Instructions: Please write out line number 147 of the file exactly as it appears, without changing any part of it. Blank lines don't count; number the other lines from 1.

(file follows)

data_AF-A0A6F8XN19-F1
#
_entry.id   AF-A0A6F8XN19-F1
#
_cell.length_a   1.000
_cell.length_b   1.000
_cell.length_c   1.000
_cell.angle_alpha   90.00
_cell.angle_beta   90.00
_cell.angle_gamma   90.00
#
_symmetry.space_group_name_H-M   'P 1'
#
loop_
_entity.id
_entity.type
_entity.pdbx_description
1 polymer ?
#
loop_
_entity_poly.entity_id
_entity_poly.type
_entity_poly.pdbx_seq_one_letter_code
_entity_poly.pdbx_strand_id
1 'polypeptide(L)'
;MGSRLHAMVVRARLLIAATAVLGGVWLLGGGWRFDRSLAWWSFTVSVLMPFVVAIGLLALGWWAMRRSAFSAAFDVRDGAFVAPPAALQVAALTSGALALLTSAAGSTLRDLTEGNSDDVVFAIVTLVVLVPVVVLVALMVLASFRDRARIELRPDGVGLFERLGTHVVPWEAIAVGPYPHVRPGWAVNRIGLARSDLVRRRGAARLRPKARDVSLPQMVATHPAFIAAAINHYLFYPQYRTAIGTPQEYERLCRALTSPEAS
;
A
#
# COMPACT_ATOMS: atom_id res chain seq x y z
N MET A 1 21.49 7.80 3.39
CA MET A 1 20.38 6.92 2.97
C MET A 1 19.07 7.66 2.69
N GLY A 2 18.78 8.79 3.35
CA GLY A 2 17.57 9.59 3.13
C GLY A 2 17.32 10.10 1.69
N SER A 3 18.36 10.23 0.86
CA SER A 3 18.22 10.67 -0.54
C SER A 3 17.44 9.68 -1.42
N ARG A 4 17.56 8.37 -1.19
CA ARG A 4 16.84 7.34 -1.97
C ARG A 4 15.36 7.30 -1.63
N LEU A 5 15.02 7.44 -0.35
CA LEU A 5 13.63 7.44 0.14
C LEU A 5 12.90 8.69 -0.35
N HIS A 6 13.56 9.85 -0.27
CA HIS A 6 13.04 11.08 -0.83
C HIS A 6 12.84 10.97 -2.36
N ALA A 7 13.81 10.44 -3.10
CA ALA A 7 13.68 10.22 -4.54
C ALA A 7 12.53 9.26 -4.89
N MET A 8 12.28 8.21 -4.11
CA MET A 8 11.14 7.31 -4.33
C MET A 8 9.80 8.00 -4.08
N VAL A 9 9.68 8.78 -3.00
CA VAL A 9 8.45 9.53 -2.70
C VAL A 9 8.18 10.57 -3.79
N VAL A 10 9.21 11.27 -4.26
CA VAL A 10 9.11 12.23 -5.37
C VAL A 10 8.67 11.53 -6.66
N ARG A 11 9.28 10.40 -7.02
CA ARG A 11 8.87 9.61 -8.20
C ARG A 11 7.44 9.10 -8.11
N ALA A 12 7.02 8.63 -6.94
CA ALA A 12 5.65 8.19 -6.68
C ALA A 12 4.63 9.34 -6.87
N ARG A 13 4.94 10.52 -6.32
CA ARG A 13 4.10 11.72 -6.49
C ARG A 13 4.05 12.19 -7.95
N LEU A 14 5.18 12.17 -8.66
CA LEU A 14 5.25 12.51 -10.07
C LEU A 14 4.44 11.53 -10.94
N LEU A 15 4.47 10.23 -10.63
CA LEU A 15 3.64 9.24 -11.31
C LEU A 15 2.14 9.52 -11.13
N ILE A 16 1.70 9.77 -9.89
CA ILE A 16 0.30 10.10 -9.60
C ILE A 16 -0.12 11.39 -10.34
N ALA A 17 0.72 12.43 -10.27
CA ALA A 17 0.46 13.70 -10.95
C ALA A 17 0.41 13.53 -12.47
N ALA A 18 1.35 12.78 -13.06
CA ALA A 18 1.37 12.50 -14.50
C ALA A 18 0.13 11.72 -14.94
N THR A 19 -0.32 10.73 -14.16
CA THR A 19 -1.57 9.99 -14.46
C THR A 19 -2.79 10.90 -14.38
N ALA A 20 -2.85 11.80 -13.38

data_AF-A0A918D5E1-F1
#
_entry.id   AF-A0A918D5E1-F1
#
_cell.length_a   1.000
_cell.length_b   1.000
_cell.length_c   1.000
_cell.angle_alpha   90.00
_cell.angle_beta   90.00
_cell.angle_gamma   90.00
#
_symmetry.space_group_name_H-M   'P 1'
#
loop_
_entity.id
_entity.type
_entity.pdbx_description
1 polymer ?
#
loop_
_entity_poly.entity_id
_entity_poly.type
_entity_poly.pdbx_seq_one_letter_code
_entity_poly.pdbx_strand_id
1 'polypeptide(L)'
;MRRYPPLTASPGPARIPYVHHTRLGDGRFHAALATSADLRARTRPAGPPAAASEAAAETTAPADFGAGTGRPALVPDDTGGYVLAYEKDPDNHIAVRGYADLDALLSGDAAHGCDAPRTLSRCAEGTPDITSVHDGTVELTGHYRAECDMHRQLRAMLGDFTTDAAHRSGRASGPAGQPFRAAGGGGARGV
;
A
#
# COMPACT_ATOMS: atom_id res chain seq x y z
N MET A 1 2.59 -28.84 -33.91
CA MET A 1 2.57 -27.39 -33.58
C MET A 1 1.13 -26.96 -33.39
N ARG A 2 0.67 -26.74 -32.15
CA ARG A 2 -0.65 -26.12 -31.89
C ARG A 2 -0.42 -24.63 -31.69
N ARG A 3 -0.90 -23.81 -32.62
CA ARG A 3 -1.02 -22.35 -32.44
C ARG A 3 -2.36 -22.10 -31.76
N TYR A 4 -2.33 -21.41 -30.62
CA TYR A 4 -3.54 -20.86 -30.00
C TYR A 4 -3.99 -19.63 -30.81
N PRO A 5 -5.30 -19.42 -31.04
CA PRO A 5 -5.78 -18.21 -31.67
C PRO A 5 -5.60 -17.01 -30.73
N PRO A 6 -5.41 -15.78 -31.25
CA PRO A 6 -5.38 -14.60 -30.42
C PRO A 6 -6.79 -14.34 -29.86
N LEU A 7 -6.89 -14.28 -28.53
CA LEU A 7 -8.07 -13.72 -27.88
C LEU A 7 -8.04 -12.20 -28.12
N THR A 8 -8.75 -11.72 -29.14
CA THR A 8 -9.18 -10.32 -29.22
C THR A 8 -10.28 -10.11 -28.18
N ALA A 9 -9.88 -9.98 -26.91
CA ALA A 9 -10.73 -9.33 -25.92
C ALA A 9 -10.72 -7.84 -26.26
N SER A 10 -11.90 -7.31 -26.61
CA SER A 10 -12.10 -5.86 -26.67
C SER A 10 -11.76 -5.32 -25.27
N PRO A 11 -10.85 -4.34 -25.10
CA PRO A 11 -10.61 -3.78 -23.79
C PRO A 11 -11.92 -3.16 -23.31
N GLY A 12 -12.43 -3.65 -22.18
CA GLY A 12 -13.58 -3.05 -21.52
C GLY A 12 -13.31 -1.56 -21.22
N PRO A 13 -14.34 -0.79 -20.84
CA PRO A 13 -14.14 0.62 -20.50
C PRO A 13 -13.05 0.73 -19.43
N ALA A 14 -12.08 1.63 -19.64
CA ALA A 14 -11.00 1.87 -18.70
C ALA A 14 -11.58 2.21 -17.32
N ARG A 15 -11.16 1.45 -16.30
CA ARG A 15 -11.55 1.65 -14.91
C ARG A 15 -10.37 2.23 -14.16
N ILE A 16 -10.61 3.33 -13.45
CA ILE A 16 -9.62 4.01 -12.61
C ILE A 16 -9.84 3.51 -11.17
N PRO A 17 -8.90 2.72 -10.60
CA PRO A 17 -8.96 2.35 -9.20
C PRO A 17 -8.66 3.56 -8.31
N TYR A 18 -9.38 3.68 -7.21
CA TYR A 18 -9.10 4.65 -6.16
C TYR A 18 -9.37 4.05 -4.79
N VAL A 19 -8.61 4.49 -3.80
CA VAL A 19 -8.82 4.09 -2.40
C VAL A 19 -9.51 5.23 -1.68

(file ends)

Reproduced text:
CA SER A 10 -12.10 -5.86 -26.67